Permaculture Part III

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This is the last of a three part blog post on the introduction and direction of how permaculture became an integral part of the advancement of human life.  Starting around 10,000 years ago, we as a human race started to cultivate wild plants, turning them into viable sources of food and medicine.  This lasted all the way through the early 1940’s in the USA, ending with the Victory Gardens.  Americans grew up to 70% of their own food while most of the work force was away fighting in WWII.  Shorty after this, the advent of big agriculture quickly dismantled thousands of years of seed saving, plant propagation, and food traditions through what they called the “Green Revolution”.   This lead to catastrophic consequences.

We now live in a world where straying away from our ancient agricultural practices has lead to dire circumstances.  Right now 70% of all Americans are considered to be overweight or obese.  The change in diet, lead by big ag/pharma, has almost completely replaced the way we eat.  Instead of eating fresh foods that come straight from our backyards nourishing our bodies, we now eat GMO (Genetically Modified Organism)  foods laced with up to 22 different chemicals, coming from thousands of miles away.  These chemicals are wreaking havoc on bodies, esp. children, whom are more sensitive to such foreign chemicals.  The health costs that follow these diets is also detrimental, equating to almost 18% of our GDP (Gross Domestic Product).  There are so many ways we can save ourselves from this freight train speeding to the edge of the cliff.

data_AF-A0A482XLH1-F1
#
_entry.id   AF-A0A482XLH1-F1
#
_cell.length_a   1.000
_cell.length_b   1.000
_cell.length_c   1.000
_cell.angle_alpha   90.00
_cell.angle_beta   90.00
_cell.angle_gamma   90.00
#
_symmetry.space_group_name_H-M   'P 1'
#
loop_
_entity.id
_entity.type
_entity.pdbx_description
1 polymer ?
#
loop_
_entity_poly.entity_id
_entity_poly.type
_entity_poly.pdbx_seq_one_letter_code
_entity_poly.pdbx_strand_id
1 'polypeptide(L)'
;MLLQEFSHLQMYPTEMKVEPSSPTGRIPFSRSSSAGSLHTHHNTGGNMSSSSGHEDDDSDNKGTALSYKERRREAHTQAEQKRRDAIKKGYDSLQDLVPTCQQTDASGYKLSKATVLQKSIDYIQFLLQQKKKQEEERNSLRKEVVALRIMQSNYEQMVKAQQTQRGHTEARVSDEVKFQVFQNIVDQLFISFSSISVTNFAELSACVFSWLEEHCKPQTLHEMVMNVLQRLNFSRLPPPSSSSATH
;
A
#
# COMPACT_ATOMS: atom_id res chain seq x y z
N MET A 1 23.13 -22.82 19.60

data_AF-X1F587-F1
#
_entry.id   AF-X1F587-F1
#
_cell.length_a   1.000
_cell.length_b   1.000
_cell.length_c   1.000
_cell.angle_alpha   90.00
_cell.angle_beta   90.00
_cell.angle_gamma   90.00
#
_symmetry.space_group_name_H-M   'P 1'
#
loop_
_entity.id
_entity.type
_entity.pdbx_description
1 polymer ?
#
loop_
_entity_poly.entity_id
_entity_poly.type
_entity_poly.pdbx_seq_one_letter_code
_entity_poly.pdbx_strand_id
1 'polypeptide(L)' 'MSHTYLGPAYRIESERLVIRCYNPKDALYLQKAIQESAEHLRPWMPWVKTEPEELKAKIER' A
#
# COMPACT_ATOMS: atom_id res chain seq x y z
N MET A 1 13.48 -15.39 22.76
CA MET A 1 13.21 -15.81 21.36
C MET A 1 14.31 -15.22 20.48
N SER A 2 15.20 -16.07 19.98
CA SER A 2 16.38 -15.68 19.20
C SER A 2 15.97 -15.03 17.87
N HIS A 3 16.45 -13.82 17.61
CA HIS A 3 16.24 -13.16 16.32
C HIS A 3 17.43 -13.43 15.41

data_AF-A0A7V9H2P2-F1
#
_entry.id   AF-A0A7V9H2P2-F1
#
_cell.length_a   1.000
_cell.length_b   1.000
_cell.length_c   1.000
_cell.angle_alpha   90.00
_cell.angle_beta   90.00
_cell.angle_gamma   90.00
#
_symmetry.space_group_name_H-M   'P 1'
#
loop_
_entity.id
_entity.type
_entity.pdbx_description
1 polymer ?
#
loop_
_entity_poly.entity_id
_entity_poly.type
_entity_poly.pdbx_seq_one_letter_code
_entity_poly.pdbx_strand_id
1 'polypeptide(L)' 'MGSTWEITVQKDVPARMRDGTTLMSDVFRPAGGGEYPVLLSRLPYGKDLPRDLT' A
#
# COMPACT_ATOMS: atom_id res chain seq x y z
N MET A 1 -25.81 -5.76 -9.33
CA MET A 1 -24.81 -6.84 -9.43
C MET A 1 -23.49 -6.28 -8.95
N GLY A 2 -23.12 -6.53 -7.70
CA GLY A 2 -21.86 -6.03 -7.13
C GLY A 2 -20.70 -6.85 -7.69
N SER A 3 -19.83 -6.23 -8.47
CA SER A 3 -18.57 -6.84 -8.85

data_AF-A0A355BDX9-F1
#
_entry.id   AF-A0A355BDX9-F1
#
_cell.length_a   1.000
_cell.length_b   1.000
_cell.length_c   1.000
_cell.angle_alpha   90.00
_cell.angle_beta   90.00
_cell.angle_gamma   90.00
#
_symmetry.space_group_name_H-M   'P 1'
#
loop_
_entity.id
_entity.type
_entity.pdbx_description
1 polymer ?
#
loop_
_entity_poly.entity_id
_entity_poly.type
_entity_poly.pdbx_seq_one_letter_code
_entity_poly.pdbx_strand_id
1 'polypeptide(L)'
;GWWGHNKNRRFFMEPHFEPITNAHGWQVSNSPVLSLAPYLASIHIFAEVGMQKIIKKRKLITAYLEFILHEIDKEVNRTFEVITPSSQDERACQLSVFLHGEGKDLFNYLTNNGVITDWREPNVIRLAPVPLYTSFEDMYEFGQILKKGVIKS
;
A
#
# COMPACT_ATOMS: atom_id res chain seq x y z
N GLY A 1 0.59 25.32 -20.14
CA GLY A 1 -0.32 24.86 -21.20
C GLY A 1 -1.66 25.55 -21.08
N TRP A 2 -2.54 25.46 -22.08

Growing food has been making somewhat of a comeback.  In recent years garden/seed supply sales have risen substantially, but no where near the mark to balance the amount of food coming out of the Midwest and California.  Only .7% of all land under cultivation in the USA is grown organically. (yes you read that right).  There are other hidden costs from humans straying away from permaculture, such as:  pollution costs, food not being as fresh/healthy, and a disconnect from nature, just to name a few. In a study published in Environmental Management in 2005, researchers estimated that there are 40 million acres of turf grass in the USA.  Humans have a choice right now to either continue on a path of destruction, with the data to prove, that will not lead to a sustainable future or we can choose to set upon a healthier path incorporating the systems of permaculture in our yards.  If we so choose to replace the grass that we painstakingly care for with fruit trees, berry plants, and medicinal herbs, we can change the course of our fate on the earth.

So many people have asked me during my career as a farmer: “What can I do to change all this?”  I simply reply that if you have the space plant a 10’x10′ garden, start there.  A garden of this size can provide you with over 200 pounds of food equating to almost $1000.  Think about the savings from your wallet, pollution, packaging waste, health, and not to mention that it tastes better. From there learn to take care of a few fruit trees or berry plants. With little maintenance these plants just come back year to year. An herb garden also requires very little care, planting things like mint, lavender, or lemon balm, which can all be used in things like tea or even to cook with.  If you’re business savvy start a permaculture landscaping company replacing all those ornamental bushes and trees with nourishing food sources instead.  If we just converted 1 million acres of lawn to permaculture that would equal to literally trillions of pounds of food being grown by ourselves.  This is a viable solution that would help in so many aspects to the problems that our civilization currently faces.

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